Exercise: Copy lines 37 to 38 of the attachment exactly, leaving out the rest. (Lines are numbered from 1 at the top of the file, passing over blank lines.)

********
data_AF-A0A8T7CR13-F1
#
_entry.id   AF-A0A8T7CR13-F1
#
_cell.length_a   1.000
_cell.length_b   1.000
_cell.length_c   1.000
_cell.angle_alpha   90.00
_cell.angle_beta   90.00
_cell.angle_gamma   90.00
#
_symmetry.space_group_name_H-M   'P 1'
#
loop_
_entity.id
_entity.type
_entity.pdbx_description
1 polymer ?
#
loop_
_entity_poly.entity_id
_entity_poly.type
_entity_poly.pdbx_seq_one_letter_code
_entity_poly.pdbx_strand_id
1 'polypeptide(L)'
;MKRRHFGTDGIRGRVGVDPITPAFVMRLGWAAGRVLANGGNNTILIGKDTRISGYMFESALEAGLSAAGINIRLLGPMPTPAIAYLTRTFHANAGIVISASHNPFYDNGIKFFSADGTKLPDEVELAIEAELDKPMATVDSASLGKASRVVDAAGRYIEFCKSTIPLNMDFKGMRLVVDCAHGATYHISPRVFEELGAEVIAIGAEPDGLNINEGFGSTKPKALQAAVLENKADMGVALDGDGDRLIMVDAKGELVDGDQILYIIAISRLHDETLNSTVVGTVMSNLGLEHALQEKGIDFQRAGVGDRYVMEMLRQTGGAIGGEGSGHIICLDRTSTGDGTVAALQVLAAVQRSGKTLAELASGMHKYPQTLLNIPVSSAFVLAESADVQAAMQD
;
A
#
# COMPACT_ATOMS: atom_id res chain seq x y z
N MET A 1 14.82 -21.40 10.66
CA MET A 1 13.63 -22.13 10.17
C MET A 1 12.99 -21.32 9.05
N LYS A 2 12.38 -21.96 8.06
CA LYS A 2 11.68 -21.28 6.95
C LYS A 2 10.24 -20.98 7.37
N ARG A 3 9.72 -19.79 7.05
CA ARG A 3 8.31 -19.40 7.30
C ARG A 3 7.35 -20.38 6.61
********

N ARG A 3 9.72 -19.79 7.05
CA ARG A 3 8.31 -19.40 7.30